On Friday, 21 February, This Tech Bubble Indicator Lists on the ASX

Dear Reader,

Yesterday, I talked about the tech sector. I showed you some anecdotal signs of irrational, ‘bubbly’ behaviour that usually occurs towards the end of the cycle.

Thinking Facebook is recession proof, for example…

The things we tell ourselves!

I’ve got another one for you…

On Friday 21 February, a new index launches on the ASX. It’s called the S&P/ASX All Technology Index. According to the Financial Review (FR), it will be a smaller version of the NASDAQ.


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The FR reported in December that the index:

‘…would give investors an increased opportunity to tap into the growth of the tech sector, even if it was outside their typical area of expertise, while offering smaller tech companies the opportunity to emerge from the shadows of the WAAAX stocks and raise their profile among a broader spread of potential investors.’

Increasing investor fervour towards tech

The WAAAX stocks are the Aussie version of the US FAANG stocks. The acronym comprises the larger tech stocks: Wisetech, Afterpay, Appen, Altium and Xero.

The existing Tech index only has 13 stocks in it, all from the ASX 200. The new one will be much broader.

This is just another sign of the increasing investor fervour towards tech.

Don’t get me wrong. Longer term, this is a great thing for Australia. The more that our market can diversify away from resources and financials, the healthier it will be.

Anything that encourages investment in innovation rather than houses is a good thing.

However, it’s the psychology of it that I’m interested in here. These things (new index listings) usually occur at a time of high investor interest. When a sector is hot, there is usually little value from an investment perspective.

Over the longer term, that is…

In the short term, this is like waving a red flag at a bull.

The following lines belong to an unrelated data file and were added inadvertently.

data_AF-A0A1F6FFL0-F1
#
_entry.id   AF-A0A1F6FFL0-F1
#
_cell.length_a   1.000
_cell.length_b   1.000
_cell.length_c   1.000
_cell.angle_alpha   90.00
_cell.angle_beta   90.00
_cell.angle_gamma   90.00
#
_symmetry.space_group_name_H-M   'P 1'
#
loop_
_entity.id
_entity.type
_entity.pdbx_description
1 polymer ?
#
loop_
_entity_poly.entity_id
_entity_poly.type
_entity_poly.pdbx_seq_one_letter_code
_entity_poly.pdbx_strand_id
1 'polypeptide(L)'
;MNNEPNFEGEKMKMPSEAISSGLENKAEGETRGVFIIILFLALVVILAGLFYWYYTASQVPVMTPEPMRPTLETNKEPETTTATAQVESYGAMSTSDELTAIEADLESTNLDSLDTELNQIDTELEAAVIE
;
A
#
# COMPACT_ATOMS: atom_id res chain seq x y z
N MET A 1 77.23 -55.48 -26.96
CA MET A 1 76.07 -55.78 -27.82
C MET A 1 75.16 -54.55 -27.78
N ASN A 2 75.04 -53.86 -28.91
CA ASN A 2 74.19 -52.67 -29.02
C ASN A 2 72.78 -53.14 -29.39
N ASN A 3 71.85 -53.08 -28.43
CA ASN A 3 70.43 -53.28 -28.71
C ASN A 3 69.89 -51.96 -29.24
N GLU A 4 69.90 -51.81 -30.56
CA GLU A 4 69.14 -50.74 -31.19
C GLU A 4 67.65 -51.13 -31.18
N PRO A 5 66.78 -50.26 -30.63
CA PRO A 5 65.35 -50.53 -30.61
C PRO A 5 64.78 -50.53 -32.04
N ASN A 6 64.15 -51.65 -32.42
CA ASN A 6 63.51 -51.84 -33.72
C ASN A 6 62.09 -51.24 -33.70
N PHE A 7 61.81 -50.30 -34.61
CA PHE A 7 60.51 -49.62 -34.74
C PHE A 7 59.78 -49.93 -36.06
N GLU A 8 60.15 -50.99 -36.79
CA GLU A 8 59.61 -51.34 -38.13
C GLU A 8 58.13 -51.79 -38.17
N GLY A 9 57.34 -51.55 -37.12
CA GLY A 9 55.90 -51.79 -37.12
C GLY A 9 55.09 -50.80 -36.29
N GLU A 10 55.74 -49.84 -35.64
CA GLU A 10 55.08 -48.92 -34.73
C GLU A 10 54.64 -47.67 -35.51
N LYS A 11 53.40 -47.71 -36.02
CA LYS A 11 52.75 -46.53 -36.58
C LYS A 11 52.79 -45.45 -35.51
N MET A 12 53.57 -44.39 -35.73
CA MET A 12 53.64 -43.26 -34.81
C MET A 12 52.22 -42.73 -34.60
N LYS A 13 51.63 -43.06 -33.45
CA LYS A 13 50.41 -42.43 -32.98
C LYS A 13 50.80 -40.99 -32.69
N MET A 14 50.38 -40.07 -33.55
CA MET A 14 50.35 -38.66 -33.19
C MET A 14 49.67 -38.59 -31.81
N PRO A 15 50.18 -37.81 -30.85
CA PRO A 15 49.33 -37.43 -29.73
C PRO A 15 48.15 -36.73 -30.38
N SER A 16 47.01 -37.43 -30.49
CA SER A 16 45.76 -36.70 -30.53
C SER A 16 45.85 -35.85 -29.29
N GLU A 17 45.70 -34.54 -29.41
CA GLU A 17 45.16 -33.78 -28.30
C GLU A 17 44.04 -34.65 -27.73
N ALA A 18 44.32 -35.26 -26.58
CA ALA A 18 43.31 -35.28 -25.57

ETF funds offering to mirror the performance of this new tech index will pop up. More capital will flow into the sector. Shares prices will rise, which in turn will attract more capital.

Have fun while it lasts though. Following the crowd feels good, and in the short term, it is often profitable. But if you believe the hype, you’ll never see the gathering storm.

The making of another tech bubble

My crystal ball is as busted and murky as anyone’s. But based on history, I see all the makings of another tech bubble forming.

The launch of a broad ASX tech index on Friday is just another anecdotal sign.

Moving to the other end of the spectrum now, Karen Maley writes in the FR today that private equity investors see an opportunity in the mortgage broking space.

Boring, right?

The RBA is now considering negative interest rates.’ Click here to watch this interview with US economist and gold expert Jim Rickards.

Maybe. But boring often points to opportunity. And given I recommended mortgage broker Mortgage Choice Ltd [ASX:MOC] to subscribers of my advisory Crisis & Opportunity last year, I can only concur with the private equity view.

Mortgage broking stands in stark contrast to tech. It’s uncool. It’s old. They struggle to see the opportunity. That’s why private equity is interested.